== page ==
My mechanic tells me the diagnostic computer gave him codes for the EGR Valve and the Map sensor, which triggered the check engine light. He tells me both will need to be replaced before the light will go off.
Trying to budget as I am a college student and know nothing about cars. Which one should I budget to repair 1st? He also mentioned the EGR silinoid (spelling?) may be the 'real' problem with the EGR valve.
Note- I take really good care of my car, tune ups, engine steamed, oils changes etc.
Unfortunately, both of these items are equally important and repairs can't normally be avoided by taking care of your car.
Your MAP (Mass Air Pressure) Sensor measures intake manifold vacuum pressure to help control the air and fuel mixture and timing. It contains a pressure-sensitive element that connects to an electronic circuit, generating a signal that changes with pressure changes in the manifold.
Your EGR (Exhaust Gas Recirculation) valve recirculates exhaust gases through the intake manifold to be burned again, cooling peak combustion temperature. Dilutes the air and fuel mixture to keep the nitrogen oxide emissions within breathable limits. And yes, it could very well be that the EGR solenoid that is causing the issue.
Both units effect your vehicle's fuel/air mixture. This is important because your vehicle running lean/rich can cause "snowball" problems. For example, a faulty EGR can cause the vehicle to run rich/lean. If not repaired, in time, the exhaust caused by the wrong rich/lean fuel mixture can damage the O2 sensors and/or catalytic converter.
If I had to pick, I'd start with your MAP Sensor. One guess I would have is that your MAP Sensor failed and made your vehicle start burning the wrong fuel/air mixture. Assuming I'm right, this could have damaged the EGR Valve. So, I see no reason to replace the EGR Valve alone, just so it too can be damaged by the poor fuel/air mixture caused by the still-faulty MAP Sensor. If your lucky, you may see the faulty EGR code disappear once your MAP Sensor is replaced.
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Hi, these codes indicate both the MAP sensor and the EGR valve. You will need to troubleshoot a bit to see exactly what is wrong. It's possible a vacuum leak could cause both of these codes. I have pasted a procedure to check the MAP sensor below using a voltmeter. If you can run this test and tell me the results, it will help to diagnose the problem. You should also check all of the vacuum hoses, including the ones from the intake manifold to the EGR solenoid and from the solenoid to the EGR valve. The run some jumper wires from the battery to the EGR solenoid pins to see if the solenoid clicks open.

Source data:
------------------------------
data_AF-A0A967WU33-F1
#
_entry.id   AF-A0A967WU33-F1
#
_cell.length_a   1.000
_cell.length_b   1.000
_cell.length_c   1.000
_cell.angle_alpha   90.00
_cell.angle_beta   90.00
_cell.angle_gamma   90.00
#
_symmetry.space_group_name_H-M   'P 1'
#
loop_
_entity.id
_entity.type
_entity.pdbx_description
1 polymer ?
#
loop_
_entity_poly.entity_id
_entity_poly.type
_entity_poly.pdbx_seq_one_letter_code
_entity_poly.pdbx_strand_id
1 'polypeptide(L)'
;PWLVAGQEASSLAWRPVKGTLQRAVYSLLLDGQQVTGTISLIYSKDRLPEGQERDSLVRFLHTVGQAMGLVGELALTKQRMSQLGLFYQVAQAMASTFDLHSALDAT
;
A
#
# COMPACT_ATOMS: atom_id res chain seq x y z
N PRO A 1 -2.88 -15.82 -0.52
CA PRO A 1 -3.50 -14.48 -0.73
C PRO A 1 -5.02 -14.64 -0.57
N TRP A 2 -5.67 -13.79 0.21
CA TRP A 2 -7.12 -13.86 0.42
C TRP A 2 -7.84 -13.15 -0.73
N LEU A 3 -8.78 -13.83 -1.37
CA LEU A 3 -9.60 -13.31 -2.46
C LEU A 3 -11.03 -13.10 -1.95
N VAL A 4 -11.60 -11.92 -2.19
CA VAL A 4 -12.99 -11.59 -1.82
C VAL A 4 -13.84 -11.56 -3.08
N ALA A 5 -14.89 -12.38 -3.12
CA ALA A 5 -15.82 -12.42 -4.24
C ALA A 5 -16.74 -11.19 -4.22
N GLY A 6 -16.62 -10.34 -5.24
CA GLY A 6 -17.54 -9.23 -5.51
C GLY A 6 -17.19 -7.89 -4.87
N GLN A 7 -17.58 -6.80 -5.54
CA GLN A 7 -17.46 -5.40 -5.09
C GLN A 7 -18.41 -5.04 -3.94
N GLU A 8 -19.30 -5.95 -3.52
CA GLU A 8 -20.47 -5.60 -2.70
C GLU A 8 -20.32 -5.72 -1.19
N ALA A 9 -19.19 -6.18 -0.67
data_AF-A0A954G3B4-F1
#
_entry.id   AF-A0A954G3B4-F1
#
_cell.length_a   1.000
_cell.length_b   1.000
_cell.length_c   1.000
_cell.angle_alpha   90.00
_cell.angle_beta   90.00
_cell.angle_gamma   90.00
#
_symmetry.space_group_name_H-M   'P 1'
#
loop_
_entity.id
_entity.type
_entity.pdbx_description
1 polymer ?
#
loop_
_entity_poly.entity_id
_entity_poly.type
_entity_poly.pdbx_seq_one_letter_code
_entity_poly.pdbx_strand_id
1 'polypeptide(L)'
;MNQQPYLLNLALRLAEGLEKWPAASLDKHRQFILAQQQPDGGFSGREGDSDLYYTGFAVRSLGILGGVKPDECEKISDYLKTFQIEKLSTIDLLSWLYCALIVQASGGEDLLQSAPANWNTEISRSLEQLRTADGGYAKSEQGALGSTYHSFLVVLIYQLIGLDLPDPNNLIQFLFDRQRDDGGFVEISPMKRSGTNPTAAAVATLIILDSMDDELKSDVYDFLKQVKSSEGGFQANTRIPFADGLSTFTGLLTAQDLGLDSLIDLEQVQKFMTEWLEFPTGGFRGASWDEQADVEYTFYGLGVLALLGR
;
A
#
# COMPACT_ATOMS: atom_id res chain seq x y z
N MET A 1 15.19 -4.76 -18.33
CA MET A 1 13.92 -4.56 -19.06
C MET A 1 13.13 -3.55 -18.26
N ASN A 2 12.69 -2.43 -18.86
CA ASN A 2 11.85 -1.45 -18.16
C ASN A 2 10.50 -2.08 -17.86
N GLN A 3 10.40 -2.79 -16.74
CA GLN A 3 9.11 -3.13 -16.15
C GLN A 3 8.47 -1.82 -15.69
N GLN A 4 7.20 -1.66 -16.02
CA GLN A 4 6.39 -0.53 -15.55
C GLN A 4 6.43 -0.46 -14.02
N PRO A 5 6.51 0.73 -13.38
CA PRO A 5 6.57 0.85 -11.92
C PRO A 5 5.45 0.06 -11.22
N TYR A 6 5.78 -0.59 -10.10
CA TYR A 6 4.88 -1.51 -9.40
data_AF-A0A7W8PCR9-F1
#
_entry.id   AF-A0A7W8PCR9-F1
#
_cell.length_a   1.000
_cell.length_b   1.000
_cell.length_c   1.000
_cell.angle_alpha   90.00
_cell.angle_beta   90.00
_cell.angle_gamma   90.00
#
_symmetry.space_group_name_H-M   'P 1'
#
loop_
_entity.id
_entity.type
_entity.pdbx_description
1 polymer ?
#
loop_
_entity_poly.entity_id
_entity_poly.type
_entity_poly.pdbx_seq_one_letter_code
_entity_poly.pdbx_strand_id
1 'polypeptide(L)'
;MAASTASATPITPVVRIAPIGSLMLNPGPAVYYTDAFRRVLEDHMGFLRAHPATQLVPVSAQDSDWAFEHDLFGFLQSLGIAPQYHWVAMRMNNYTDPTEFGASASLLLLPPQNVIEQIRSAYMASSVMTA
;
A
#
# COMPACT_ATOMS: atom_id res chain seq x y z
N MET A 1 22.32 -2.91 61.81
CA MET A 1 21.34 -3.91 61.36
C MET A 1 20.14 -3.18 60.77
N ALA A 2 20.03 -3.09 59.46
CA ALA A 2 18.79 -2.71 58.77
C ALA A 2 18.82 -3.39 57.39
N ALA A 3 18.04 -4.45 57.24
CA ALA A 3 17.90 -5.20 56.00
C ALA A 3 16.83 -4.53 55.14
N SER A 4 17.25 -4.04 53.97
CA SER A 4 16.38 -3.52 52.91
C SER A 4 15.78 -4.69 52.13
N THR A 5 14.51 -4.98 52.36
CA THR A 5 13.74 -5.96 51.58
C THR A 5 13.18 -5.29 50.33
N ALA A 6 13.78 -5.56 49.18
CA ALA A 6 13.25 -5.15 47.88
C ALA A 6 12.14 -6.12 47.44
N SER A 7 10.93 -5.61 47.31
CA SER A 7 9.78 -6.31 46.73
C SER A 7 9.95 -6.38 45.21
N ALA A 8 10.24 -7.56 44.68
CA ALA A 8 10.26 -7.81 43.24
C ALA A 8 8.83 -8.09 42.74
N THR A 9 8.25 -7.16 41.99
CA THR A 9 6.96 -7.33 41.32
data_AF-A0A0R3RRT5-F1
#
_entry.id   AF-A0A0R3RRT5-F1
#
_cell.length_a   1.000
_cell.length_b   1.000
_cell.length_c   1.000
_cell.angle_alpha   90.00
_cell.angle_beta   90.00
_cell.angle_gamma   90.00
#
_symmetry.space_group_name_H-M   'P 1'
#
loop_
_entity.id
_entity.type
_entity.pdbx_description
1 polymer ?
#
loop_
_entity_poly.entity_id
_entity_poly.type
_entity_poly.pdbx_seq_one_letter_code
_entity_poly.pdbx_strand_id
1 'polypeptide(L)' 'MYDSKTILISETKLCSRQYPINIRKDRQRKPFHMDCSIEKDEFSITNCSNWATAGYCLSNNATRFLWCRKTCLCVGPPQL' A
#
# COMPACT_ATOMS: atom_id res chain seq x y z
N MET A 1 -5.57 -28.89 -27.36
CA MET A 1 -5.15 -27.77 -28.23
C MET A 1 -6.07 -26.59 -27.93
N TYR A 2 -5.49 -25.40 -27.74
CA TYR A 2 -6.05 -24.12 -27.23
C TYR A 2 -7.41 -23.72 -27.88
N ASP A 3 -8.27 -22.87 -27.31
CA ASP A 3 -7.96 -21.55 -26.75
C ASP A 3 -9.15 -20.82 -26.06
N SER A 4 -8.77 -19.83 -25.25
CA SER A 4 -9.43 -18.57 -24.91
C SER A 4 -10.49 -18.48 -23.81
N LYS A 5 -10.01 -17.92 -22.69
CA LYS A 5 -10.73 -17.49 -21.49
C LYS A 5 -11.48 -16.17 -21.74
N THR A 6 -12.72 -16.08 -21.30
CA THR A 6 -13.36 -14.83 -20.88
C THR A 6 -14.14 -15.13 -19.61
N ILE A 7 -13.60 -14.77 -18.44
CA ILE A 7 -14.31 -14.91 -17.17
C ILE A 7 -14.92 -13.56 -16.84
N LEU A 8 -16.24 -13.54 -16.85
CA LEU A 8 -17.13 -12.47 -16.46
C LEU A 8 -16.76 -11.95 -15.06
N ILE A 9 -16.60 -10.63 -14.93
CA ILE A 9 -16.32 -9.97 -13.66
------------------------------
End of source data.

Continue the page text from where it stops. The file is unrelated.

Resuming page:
TESTINGSee Figures 3, 4 and 5
Backprobe with a high impedance voltmeter at MAP sensor terminals A and C.
With the key
and engine off, the voltmeter reading should be approximately 5.0 volts.
If the voltage is not as specified, either the wiring to the MAP
sensor or the ECM may be faulty. Correct any wiring or ECM faults before
Backprobe with the high impotence voltmeter at MAP sensor terminals B and A.
Verify that the sensor voltage is approximately 0.5 volts with the engine not running (at sea level).
Record MAP sensor voltage with the key
and engine off.
Start the vehicle.
Verify that the sensor voltage is greater than 1.5 volts (above the recorded reading) at idle.
Verify that the sensor voltage increases to approximately 4.5. volts (above the recorded reading) at Wide Open Throttle (WOT).
If the sensor voltage is as specified, the sensor is functioning properly.
If the sensor voltage is not as specified, check the sensor and
the sensor vacuum source for a leak or a restriction. If no leaks or
restrictions are found, the sensor may be defective and should be
Fig. Fig. 3: Location of the MAP sensor-TBI system shown
Fig. Fig. 4: Probe the terminals of the MAP sensor to check for proper reference voltage
I too replaced the egr valve and was discouraged that the check engine light came back on with the same "insufficient flow" code. I took it to my mechanic to put it on the monster diagnostic machine. It said "check all vacuum line, and or map sensor". After looking real close we found a melted vacuum tube, and a cracked vacuum angle connector. Replaced both vacuum pieces, reset the codes, and good to go. If that fails than the next thing is the map sensor, that tells the EGR valve what to do.
crank shaft position sensor is most likely cause. Do check ignition and fuel pump relays with an ohmmeter to make sure they are not faulty. Check power to ignition module. You can also check crank sensor with the ohmmeter. Check all vacuum hose and also check throttle position sensor.
Sounds like a bad temp sensor, it has several, you need a Clymers or Chilton's repair manual, good investment if you do your own repairs! One sensor is next to the water neck just below the distributor . other is above alternator on the intake. Also there is one on the air cleaner housing that the black connector plugs to. It's late or I would look up the resistance readings for those sensors. Do you have a check engine light on? You can jump the diagnostic plug and get a code to tell you what the ECU is seeing.
I think the 97 uses a crank sensor where the 94 doesn't. (not sure) I don't see any reason you can't just leave it unhooked. I put a 92 engine in a 94 but because of the differences in the emission controls, I had to use the 94 intake and injection system. It worked out fine. Still driving it. Some advice, while you have it apart, clean the EGR valve and journals especially the ones going from the exhaust manifold to the EGR valve (driver side of motor). That is a common problem with these cars and it usually ends up ruining the engine. (My experience is with the 3 cyl model).